At my office, regardless of the time of day, I see toddlers walking around with sippy cups, bottles or pacifiers. I’ve always wondered why it seems that snack or mealtime always hit when children were at the office, but now I realize that many children have access to these items all the time.
I guess I shouldn’t have been surprised when I read the recent report in Pediatrics that about one child every 4 hours sustains a mouth injury severe enough that a parent seeks emergency care from one of these objects. When I first saw the study title about sippy cup injuries I almost laughed. I thought before I read the article that these pediatricians must be desperate to publish a paper if this is the best research question they could come up with. After reading the study, though, I was amazed at the frequency that these injuries occurred and realized I needed to specifically discuss this issue with families as their children get mobile.
The message I intend to begin sharing is that children don’t need to walk around with constant access to fluids and certainly, once they’re starting to really vocalize, pacifiers either. I wonder if part of the problem with the obesity epidemic we’re facing stems from the fact that children from a very early age have constant access to drink (at least). If meals and snacks were scheduled and sippy cups or bottles only offered at that time for 10-20 minutes at the most, many fewer injuries would occur.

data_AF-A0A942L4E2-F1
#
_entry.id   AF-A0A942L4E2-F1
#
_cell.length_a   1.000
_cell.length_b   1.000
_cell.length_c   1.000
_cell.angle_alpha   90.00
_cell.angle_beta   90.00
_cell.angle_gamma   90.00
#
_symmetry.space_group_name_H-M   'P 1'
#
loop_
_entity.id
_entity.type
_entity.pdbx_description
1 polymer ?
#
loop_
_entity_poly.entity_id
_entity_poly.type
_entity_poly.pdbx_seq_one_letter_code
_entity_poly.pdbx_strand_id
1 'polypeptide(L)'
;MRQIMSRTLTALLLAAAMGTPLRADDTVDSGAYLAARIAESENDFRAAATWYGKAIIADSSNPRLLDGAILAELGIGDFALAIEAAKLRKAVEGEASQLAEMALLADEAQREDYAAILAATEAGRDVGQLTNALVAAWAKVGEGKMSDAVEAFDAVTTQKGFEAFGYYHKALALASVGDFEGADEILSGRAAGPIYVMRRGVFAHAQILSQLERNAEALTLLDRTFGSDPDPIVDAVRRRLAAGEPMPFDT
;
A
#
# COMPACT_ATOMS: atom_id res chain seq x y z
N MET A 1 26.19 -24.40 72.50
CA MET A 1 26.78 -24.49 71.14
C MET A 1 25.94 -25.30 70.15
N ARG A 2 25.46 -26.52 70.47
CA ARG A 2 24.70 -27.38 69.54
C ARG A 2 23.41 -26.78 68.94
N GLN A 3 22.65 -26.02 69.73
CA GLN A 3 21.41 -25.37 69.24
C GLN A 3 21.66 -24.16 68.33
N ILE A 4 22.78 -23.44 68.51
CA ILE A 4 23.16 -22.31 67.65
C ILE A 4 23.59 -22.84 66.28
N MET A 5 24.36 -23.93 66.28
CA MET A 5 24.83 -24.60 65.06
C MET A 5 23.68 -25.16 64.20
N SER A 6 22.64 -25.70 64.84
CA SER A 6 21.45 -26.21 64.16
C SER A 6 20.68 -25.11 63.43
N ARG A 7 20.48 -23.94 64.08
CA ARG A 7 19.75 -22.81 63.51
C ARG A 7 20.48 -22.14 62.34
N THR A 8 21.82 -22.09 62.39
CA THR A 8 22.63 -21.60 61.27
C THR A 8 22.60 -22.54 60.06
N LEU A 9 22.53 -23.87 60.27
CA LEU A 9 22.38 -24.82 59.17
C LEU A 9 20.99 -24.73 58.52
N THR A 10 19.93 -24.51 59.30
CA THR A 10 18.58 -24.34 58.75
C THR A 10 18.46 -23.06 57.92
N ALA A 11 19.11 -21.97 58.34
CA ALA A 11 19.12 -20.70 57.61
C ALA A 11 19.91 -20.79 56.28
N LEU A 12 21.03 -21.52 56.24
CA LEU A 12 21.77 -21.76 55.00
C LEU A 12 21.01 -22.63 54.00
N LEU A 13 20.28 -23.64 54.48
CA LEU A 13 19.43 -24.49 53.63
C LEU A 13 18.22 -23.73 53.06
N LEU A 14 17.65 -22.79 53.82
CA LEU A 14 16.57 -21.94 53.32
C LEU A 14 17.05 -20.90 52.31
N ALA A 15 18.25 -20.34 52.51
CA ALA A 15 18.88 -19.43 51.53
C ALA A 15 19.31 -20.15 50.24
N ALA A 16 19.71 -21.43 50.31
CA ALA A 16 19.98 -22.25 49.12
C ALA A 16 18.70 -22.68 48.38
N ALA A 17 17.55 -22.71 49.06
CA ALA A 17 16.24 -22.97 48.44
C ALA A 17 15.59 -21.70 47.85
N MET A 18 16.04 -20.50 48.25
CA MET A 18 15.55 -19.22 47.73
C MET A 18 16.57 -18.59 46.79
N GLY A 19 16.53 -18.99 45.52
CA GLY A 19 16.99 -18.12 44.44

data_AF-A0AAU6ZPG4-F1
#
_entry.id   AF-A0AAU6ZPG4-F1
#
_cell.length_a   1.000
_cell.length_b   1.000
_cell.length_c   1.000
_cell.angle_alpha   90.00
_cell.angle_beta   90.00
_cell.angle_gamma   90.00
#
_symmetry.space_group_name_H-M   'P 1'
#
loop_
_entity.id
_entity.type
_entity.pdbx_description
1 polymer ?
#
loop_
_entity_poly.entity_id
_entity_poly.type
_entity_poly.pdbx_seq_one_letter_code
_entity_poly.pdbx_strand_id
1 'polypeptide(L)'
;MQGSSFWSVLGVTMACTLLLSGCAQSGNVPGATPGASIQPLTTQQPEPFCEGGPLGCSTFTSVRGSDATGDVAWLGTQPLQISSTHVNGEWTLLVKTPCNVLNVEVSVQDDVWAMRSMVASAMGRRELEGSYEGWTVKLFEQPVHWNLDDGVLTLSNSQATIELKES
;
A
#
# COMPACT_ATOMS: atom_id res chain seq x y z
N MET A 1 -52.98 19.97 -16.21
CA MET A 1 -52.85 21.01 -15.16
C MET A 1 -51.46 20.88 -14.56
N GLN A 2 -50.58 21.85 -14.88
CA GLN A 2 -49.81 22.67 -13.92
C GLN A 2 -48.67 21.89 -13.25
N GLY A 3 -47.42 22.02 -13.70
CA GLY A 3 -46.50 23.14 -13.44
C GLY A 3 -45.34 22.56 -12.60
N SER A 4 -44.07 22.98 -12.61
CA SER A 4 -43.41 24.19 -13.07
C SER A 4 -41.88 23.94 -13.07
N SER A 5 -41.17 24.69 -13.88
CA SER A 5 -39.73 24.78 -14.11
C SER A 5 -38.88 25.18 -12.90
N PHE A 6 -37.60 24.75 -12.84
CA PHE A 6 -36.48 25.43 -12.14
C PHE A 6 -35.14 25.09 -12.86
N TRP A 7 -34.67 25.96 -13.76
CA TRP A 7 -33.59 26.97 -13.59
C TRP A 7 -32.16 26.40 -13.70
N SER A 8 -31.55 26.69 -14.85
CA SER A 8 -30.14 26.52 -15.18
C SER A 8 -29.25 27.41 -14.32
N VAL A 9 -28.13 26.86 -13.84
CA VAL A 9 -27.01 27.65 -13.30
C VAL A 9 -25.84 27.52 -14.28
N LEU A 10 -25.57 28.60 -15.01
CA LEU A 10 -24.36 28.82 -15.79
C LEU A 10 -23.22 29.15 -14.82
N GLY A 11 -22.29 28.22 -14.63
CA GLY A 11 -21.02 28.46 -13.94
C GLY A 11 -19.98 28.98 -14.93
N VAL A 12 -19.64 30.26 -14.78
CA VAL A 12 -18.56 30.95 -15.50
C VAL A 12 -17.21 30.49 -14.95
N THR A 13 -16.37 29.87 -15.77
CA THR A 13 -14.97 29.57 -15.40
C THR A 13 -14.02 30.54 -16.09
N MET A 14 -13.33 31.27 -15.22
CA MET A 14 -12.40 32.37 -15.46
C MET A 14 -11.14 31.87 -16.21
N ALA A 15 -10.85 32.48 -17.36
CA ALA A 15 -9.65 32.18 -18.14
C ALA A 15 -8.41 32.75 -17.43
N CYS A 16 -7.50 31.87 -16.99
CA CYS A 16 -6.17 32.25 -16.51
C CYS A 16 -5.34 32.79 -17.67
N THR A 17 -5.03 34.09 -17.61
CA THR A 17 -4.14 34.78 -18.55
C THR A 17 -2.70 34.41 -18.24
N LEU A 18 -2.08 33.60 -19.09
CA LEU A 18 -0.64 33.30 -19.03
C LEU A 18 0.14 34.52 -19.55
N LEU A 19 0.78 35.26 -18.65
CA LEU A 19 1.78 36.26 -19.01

In addition to a lower rate of mouth and teeth trauma, I suspect dental issues like cavities would diminish too. The mouth has to have periods without food or drink to allow the pH to change and discourage the growth of the bacteria that cause cavities. I also suspect toddlers and preschoolers notorious for being picky eaters, would find that they are hungrier when the meal or snack is presented and may actually eat healthier stuff as a result.
Even if you are at the playground and it’s 85 degrees out, your child doesn’t need constant access to water or other fluids. Bring a water bottle if you’re going to be out for an hour or more and take a short break to allow the child to have a drink before returning to play but don’t feel the need to have that access to fluids unfettered.
A pacifier can cause some injuries, too, if a child falls with it in his mouth. After about 9 months of age as real language emerges, pacifier use can actually delay speech. I suggest leaving the pacifier in the crib at that point and use it only to assist in soothing to fall asleep.
Given the risks of injury coupled with the appetite suppression of constant access to fluids and the dental issues this trickle of fluids can result in, I urge parents to schedule meals and snacks and not just let their child graze.
Boredom, fussiness or anxiety (all possible in my office while you are waiting to be seen) should not be the impetus to pull out food or drink to soothe your toddler. Get out a book or sing a song instead. Your mouth will thank you.